Why faulty trains stay on the tracks?

At Sandringham Station, Siemens train smashed into bendigo bank wall

Earlier in March, 2 derailment incidents at Pakenham and Sandringham station brought the brakes problem of Siemens trains on the table once again. At the more serious accident at Sandringham station, the train crashed into the Bendigo bank.

At Pakenham Station, Siemens train derailed

Unfortunately, the two incidents were both deemed insignificant by the Public Transport Victoria for investigations and both were concluded to be caused by speeding, over double the limit.

In fact, for the record, none of the platform overshoot incidents in Melbourne was reported on equipment fault. In the most problematic period from November 2006 to Feb 2007, over 20 overshoots were reported. (Records after then had not been available for the public) There’s a high tendency that the mishaps are blamed on the drivers’ misconduct. In the incident on 1st Feb 2007, passengers on Frankston line witnessed the train passing Seaford platform by 100 meters and backed to the station. This case, again, was claimed to be caused by ‘the driver’s misjudgment’. http://www.theage.com.au/news/national/train-overshoot-drivers-fault-connex/2007/02/01/1169919438994.html

Blaming on the drivers seems to have formed the conventional solution to all rail accidents. It seems the brake issues can remain a buried mystery that way as long as all the parties keep passing the buck, despite the palpable evidence of safety concerns of Siemens trains.

Speed restriction at Windsor Station

“You see the signs there? (Siemens ahead 30) To me it says there’s a problem in these trains”, train driver Andy motioned to the signs on the rails at Windsor Station. It is also for signs like this, the whole rail network is slowed down. They spread across 61 locations in Melbourne.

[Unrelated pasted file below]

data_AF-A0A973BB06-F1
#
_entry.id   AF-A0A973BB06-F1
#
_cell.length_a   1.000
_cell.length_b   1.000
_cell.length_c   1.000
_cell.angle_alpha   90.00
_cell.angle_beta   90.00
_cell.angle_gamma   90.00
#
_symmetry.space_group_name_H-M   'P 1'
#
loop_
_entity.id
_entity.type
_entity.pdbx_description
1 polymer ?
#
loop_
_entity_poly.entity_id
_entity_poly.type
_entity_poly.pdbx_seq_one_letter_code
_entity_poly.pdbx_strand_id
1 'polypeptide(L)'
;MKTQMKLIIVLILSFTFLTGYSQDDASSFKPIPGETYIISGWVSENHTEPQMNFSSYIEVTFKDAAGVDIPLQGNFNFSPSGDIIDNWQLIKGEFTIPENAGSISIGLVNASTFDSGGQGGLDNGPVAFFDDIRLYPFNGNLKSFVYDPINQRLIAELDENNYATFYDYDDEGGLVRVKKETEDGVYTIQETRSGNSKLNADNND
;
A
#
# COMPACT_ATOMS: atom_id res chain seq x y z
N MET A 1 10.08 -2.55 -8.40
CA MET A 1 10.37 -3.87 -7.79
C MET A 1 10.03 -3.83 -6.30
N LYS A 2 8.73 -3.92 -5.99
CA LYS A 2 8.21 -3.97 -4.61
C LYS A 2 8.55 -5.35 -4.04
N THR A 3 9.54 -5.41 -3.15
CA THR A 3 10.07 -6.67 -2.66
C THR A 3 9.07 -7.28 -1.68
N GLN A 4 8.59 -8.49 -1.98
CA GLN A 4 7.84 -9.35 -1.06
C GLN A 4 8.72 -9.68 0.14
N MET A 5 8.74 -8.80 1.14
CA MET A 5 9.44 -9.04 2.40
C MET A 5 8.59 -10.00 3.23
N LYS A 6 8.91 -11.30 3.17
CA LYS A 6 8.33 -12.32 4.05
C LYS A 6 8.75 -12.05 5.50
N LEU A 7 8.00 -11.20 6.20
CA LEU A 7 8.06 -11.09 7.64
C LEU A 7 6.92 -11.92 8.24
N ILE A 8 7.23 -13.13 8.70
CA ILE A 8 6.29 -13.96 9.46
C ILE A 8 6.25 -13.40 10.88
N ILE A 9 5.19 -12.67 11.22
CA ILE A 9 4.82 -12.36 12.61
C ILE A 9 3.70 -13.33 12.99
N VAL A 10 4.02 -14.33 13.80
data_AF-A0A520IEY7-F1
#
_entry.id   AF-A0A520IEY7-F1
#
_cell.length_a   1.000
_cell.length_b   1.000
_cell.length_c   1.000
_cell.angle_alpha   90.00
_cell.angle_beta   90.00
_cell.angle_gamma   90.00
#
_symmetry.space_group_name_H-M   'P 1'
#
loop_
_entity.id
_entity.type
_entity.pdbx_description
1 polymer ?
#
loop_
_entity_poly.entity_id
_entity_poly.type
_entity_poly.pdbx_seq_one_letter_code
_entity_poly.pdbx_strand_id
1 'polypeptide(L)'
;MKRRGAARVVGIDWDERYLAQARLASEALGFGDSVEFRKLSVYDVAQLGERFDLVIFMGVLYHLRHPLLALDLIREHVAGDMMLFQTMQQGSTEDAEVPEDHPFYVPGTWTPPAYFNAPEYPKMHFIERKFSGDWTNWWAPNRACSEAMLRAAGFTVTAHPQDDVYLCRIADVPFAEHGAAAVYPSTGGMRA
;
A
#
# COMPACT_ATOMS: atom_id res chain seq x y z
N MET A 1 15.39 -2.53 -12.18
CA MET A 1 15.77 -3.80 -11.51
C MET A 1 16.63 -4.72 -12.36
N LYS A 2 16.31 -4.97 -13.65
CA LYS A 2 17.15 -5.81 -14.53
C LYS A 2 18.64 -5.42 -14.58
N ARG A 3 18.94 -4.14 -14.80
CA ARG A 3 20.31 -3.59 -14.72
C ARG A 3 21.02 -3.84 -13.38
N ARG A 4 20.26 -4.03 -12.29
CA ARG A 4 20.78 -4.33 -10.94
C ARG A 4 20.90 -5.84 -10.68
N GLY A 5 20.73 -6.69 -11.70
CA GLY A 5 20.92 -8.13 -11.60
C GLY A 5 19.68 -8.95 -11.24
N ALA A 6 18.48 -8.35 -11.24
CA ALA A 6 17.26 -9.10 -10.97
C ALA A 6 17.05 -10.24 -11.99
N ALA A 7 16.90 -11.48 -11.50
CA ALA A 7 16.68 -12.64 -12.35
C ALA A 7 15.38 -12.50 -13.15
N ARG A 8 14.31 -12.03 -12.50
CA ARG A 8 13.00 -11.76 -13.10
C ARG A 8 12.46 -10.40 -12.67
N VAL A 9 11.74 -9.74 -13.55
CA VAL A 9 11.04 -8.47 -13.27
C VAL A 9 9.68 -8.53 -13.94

“We have to reduce speed earlier than we normally do”, driver David said. A simple action like this means a delay of up to three minutes before they even start the service.

To the kind of suspicion of faulty brake systems, MTM has its own argument. Brad Voss, MTM spokesman defends: “The speed limit signs are there because we are inexperienced with Siemens trains.” He continues: “They are the cause for delays of many Siemens trains therefore we introduce sanders so we can remove the speed limit.”

The Siemens fleet was brought into the network in 2000, still in Jeff Kennet’s era. Yet, ten years of experience with Siemens trains is still too short. Finally, after more than four years of delay, since a test in Feb 2007, which led to 31 of 72 Siemens trains being impounded, the rail operator MTM decided to solve slippery brakes with a traditional method, install sanders onto the wheels. That test ran fleets on tracks with soap water discovered the 31 Siemens trains failed to respond to emergency brake order. http://www.theage.com.au/news/national/brakes-fail-soapy-water-test/2007/01/29/1169919275235.html

Somehow, even a solid test result like this can not rebut the ever-consistent defense of Siemens. Siemens spokeswoman, Belinda White, once again, declared firmly: “There’s no evidence to prove brake failures of Siemens trains across the board.”

Perhaps the business transfer in 2009 fits as a perfect opportunity to tuck away the old time brake failure ‘rumor’. When the old infamous Connex left, it didn’t retain any documents of the equipment test to the new operator, Metro, leaving a big loophole in the aftermaths of those 31 impounded Siemens trains.

sanding equipment add adhesion between wheels and rails

The shortage of documentation leaves the question of whether the issues from the past are effectively addressed by the $13 m sanding installation, or whether they are addressed at all. The project that will be finish at the end of this month applied sanding equipment to all Siemens trains. http://www.heraldsun.com.au/news/more-news/metro-trains-back-up-to-speed/story-fn7x8me2-1226064482090